Range. - Pacific coast, breeding in Oregon and Alaska; winters in Central America.
This species is very abundant in moist thickets throughout its range, nesting in bushes and low trees, and making them of weed stalks, bark strips, grasses and moss, lined with fine black rootlets. They are found an elevations of from two to ten feet above the ground. Like the Wood Thrush the birds are tame while sitting on the nest and will allow a very close approach, without taking alarm; nests are frequently found which are made almost entirely out of green moss and are very handsome structures. Their three to five eggs are laid in May or June; they are greenish blue, spotted with brown of varying shades. Size .92 x .65. Data. - E u r e k a, California, July 6, 1899. Nest in a fir tree, 5 feet from the ground; made of moss and strips of redwood bark. 4 eggs.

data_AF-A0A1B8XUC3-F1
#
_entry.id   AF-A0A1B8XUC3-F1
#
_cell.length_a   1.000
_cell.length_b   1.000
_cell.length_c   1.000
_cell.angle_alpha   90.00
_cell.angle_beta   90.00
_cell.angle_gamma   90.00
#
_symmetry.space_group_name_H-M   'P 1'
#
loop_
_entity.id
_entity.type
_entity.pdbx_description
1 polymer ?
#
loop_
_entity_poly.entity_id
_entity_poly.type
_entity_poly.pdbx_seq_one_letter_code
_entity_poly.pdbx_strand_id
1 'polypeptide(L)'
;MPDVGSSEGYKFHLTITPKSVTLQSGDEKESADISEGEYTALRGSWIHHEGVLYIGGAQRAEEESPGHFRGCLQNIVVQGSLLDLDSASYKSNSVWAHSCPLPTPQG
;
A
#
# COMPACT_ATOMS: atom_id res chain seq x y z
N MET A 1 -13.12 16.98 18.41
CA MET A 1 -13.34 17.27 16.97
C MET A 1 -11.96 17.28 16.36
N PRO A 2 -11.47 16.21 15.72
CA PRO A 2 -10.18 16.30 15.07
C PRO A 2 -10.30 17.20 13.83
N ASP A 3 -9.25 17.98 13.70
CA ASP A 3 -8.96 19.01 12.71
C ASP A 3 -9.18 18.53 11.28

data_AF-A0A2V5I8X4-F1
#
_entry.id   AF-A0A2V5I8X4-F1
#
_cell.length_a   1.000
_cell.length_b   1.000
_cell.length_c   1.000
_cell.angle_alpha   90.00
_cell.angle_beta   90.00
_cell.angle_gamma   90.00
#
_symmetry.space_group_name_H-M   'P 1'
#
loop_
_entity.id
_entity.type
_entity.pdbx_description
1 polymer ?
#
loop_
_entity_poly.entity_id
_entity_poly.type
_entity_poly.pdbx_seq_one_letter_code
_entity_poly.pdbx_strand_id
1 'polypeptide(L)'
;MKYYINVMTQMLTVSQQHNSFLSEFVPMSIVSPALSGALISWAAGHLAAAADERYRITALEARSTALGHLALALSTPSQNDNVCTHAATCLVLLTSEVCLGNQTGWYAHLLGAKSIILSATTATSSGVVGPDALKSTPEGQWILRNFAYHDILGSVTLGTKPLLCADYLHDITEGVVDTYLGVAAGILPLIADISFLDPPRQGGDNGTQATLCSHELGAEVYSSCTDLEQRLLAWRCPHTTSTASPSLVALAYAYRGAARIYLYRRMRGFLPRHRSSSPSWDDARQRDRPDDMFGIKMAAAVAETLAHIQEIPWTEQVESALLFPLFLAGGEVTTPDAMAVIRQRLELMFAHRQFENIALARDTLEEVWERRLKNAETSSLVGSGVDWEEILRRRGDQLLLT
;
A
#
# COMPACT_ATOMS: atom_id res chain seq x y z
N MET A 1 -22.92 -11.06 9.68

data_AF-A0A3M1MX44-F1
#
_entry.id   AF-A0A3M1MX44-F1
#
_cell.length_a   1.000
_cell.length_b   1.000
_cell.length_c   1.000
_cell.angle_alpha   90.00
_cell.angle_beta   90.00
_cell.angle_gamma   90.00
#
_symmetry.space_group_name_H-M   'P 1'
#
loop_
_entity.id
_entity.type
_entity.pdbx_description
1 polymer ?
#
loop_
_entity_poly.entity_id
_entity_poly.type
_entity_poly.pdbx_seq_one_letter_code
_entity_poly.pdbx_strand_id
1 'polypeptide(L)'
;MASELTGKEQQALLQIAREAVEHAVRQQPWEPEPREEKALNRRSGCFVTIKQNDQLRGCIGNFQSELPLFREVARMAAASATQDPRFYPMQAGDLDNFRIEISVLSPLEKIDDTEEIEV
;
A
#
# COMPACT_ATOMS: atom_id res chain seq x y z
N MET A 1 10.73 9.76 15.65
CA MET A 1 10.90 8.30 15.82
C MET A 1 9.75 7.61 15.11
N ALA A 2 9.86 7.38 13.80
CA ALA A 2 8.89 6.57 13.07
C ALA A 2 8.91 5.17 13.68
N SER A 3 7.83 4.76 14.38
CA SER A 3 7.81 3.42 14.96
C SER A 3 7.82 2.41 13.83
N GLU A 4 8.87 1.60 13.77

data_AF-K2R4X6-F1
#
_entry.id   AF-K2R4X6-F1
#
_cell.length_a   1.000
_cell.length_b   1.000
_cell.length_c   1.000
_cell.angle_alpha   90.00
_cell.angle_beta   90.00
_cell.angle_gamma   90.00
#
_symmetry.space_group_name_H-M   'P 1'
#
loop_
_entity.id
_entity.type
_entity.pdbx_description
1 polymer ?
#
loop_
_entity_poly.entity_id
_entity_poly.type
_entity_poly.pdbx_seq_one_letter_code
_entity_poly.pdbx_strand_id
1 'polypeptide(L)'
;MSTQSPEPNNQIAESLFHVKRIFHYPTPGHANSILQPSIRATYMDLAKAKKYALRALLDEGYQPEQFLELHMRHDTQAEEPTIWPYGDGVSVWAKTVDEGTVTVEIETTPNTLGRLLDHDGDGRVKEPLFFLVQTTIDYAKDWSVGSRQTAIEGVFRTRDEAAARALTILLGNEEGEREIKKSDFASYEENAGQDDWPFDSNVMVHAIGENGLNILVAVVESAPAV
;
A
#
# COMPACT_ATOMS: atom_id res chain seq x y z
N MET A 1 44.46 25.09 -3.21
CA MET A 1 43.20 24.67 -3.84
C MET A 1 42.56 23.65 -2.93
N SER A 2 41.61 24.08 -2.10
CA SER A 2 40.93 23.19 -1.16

WOOD THRUSH PERCHING BIRDS.
Range. - Eastern North America, breeding chiefly north of the United States, but. locally in the northern parts, and abundantly in mountain ranges.
The nesting habits and eggs of this eastern representative of the last species are like those of that bird in all respects and the eggs cannot be distinguished from those of ustulatus.
Gray-cheeked Thrush. Olive-backed Thrush.
Range. - California and southern Oregon.
Nesting habits and eggs identical with those of ustulatus.